KAMPALA – On August 9, U.S. Ambassador to Uganda Deborah R. Malac presided over the swearing-in ceremony of 47 United States Peace Corps Volunteers (PCVs) at the U.S. Ambassador’s residence in Kampala.
This newest group of 20 Health and 27 Agribusiness Volunteers will bring the total number of Peace Corps Volunteers currently serving in Uganda to 162. In the health sector, Volunteers will be placed at health centers and work at the grassroots level to train and empower village health teams and community health promoters. They will promote access to health care services with a focus on HIV/AIDS, malaria, hygiene, and nutrition. Community Agribusiness Volunteers will contribute to the United States Agency for International Development’s (USAID) Feed the Future Initiative and focus on farm-to-market value chain development, financial literacy, entrepreneurship, and improved child nutrition.
This swearing-in ceremony is the culmination of 10 weeks of training for the 47 Volunteers in the Health and Agribusiness sectors. Both groups underwent cultural immersion training on local language and customs, during which they lived with Ugandan host families. They will use the skills gained from training throughout their two years of service in Uganda.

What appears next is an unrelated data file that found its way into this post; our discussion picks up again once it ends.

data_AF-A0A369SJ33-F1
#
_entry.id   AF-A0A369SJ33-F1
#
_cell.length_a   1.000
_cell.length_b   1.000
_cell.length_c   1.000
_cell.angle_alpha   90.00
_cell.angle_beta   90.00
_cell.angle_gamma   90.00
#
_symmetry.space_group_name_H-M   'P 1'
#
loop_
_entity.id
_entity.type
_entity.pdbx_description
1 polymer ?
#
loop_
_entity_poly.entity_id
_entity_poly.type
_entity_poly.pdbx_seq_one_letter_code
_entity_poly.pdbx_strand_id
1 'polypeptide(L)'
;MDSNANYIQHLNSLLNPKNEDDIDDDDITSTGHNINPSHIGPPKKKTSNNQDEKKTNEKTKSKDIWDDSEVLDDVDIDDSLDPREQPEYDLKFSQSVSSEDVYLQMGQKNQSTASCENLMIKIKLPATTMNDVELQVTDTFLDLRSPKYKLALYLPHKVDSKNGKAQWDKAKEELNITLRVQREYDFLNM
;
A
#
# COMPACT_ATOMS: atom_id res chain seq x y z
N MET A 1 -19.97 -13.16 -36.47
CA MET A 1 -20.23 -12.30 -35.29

In her remarks at the ceremony, Ambassador Malac said, “By encouraging communities to identify and drive solutions to their challenges, our Volunteers are helping to unleash the great potential of Uganda.”
The Peace Corps is a U.S. government agency that provides service opportunities for U.S. citizens to immerse themselves in a community abroad, working side by side with local leaders to tackle the most pressing challenges of our generation. The first group of Volunteers arrived in Uganda in 1964, and the program has grown since then. To date, 1,700 Peace Corps Volunteers have served in Uganda. Peace Corps has three goals in Uganda:
1. To help the people of Uganda in meeting their need for trained men and women.
2. To help promote a better understanding of Americans on the part of the Ugandans served.
3. To help promote a better understanding of Ugandans on the part of Americans.